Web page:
October #158 : Sex Crime - by Jennifer MortonRegan HofmannOriol R. Gutierrez Jr.

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Table of Contents
 

Sex Crime

The Tales of Hofmann

Fighting for Our Freedom




Satisfy Yourself

Open Wide

Heart Beats

Go With the Flow

Change of Life Doesn’t Change Treatment

Word Up: HIV Sanctuary

Eye of the Storm

Berry Brouhaha




Condom Lockup

Greater Expectations

Recommended Reading

Radio Static

The Tamiflu Blues




Your Feedback-October 2009

Editor's Letter-October 2009

Making It Work



 
Most Popular Lessons

The HIV Life Cycle

Shingles

Herpes Simplex Virus

Syphilis & Neurosyphilis

Treatments for Opportunistic Infections (OIs)

What is AIDS & HIV?

Hepatitis & HIV


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October 2009


Sex Crime

by Jennifer MortonRegan HofmannOriol R. Gutierrez Jr.


DON'T THROW AWAY THE KEY

The following are comments posted on POZ.com by readers in response to various news stories and opinion pieces on the subject of criminalizing people living with HIV.

It’s a shame that we have to live in a world where we’re afraid to start relationships for fear that we’ll end up in jail and be treated like murderers.
Living in Fear, NY

It should only be unlawful for someone with HIV to knowingly and intentionally fail to disclose to a partner before engaging in any sexual activity that carries a reasonable risk of transmission. If no infection is transmitted, it should not be criminalized.
David, Helsingborg, Sweden

I believe that people should never take the risk of unprotected sex with someone they do not know, and if they do, and get HIV, they only have themselves to blame and should not be able to prosecute anyone.
Michael Haslett, city withheld

Both parties are responsible for his or her own sexual safety. Why does the responsibility fall on the person who is positive? There is a moral responsibility for a positive person to not deliberately infect a negative person, but outside of rape, you cannot infect a person that doesn’t allow it.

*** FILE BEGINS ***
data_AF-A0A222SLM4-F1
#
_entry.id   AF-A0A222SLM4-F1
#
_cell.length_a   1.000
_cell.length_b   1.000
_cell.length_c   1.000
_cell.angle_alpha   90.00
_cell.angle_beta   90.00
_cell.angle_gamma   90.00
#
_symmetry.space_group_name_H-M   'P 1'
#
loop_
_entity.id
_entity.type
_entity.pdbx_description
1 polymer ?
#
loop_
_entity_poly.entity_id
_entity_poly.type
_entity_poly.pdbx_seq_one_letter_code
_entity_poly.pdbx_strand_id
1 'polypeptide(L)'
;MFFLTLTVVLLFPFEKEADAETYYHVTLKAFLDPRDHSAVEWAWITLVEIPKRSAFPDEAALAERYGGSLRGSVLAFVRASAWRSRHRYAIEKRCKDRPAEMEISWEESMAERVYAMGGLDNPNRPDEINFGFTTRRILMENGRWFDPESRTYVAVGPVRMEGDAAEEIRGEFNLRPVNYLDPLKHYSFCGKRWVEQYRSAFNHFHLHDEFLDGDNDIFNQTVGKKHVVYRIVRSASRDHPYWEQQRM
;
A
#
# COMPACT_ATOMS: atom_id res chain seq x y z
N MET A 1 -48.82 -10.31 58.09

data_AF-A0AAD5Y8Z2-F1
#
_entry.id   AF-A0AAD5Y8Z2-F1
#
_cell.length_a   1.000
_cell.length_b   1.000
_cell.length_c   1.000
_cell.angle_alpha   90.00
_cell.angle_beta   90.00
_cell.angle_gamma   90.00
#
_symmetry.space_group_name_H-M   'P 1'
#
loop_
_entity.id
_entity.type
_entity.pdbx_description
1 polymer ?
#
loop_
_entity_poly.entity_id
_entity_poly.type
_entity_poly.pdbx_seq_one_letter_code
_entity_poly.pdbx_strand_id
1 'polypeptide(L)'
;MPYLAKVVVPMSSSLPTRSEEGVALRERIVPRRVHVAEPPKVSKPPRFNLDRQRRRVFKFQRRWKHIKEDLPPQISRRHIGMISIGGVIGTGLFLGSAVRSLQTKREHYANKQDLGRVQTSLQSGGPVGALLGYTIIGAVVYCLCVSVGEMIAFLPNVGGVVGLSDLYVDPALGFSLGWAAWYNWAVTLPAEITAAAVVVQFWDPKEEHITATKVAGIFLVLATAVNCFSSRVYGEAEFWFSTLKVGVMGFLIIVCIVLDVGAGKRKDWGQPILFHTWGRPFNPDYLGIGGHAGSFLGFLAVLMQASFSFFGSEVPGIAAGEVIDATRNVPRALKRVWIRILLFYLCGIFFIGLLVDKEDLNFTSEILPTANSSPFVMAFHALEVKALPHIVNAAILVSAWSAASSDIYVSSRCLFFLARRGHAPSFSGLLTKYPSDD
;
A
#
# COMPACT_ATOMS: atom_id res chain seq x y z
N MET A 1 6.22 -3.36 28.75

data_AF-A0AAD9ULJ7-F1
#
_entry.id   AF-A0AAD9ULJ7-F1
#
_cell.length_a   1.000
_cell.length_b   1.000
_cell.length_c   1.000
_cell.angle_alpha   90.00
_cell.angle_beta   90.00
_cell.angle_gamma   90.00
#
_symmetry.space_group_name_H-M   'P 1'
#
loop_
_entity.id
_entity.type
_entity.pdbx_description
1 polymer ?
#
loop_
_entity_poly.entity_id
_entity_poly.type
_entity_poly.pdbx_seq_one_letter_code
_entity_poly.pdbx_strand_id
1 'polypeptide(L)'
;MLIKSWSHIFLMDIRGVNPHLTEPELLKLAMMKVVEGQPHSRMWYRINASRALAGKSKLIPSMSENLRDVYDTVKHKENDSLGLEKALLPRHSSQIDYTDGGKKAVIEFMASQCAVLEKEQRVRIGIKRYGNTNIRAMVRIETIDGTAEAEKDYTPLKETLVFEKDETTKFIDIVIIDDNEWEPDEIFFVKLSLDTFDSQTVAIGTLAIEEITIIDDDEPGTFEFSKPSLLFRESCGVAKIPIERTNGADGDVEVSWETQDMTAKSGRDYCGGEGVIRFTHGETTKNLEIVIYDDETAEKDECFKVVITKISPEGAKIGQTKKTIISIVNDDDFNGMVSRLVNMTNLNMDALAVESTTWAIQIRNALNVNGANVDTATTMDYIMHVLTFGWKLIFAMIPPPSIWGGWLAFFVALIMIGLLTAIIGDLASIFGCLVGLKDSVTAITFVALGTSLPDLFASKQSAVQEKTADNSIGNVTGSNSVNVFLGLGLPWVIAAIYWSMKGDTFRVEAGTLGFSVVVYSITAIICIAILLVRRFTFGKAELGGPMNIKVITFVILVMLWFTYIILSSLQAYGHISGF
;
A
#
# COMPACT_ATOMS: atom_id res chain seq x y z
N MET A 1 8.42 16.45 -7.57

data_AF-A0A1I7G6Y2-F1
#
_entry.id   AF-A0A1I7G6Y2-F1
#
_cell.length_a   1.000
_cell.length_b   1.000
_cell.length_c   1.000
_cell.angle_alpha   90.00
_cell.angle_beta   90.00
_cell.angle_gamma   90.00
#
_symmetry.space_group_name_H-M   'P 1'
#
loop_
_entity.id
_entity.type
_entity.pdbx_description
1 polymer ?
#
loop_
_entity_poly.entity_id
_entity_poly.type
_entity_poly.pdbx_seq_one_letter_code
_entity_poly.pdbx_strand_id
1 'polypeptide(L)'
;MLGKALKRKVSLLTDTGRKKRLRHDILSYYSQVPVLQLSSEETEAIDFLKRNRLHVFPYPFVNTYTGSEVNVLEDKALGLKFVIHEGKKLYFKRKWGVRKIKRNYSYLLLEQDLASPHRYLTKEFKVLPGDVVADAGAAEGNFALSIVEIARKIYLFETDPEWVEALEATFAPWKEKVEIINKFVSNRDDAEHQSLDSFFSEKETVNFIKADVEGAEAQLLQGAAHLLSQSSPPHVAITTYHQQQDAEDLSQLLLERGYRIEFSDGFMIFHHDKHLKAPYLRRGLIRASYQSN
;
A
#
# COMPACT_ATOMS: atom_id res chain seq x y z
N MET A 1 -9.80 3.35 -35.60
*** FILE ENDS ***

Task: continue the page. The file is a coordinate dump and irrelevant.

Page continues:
Greg, Davenport, FL

Criminalizing people for just having HIV/AIDS is outrageous. But purposely infecting someone should be a crime. I hope they really clarify what constitutes a crime and what doesn’t as far as HIV and AIDS is concerned.
IamStone, Mulberry AR

I was assaulted by an aggressive driver, who during his assault poked his finger in my mouth. I bit him causing a laceration. I was charged with assault, and there were prosecutors who wanted me charged with Iowa’s AIDS battery law. There was no intent, and no real risk of transmission—yet HIV was still allowed as an issue at trial.
Donald Baxter, Iowa City

I’ve known [unsafe sex] to happen a few times when drugs/alcohol is involved. Even if someone insists they “don’t care,” I use a condom. It’s a pact I made with myself from the beginning.
Susan, Boston

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  comments 30 - 44 (of 44 total)     << < previous

Lou, CA, 2009-10-04 16:40:06
Why must we lay blame? If you're negative, take steps to stay that way. Ask your partner's status. If you engage in behavior that puts you at risk, then the possibility of transmission is something for you to own. Your partner's lack of disclosure is a sad excuse for your failure to take care of yourself. Always assume your partner is positive and behave is manner that suits your definition of "safer" sex.

loretta, Chicago, 2009-10-01 18:04:09
What about those who use your status against you. I was dating someone and told them I was positive, he then made advances towards my daughter, wanting to have sex with her for his own sick reasons, he then threatened me by saying that if I told the police that he wanted to have sex with my minor daughter, he would go to the cops and have me arrested for endangering his life by not revealing my status (even though he was told more than once). What kind of justice do we get in these situations?

truth, , 2009-09-30 18:42:41
this is to musiklovrntn,you said something about cigarette smoking and cancer,BUT YOU MISSED SOMETHING TOBACCO CO. PUT WARNING LABELS,so if someone is poz and dont give the other person their choice then its wrong,using condoms are not 100% they can break,,,just logics.....

miguel, Kissimmee, 2009-09-29 19:04:41
I also heard of this woman that went to Puerto Rico and was sleeping around with every guy she could and she even got to the point where after having Sex while the guy was sleeping she would use her lipstick and on the Mirror she would put Welcome to the world of Aids I do not know if she ever got busted for it or if she just left town but in that small town there were a lot of young guys that had slept with her those are the people that hurt Us that are infected and want a decent love life

shelliemac, South Carolina, 2009-09-29 13:07:12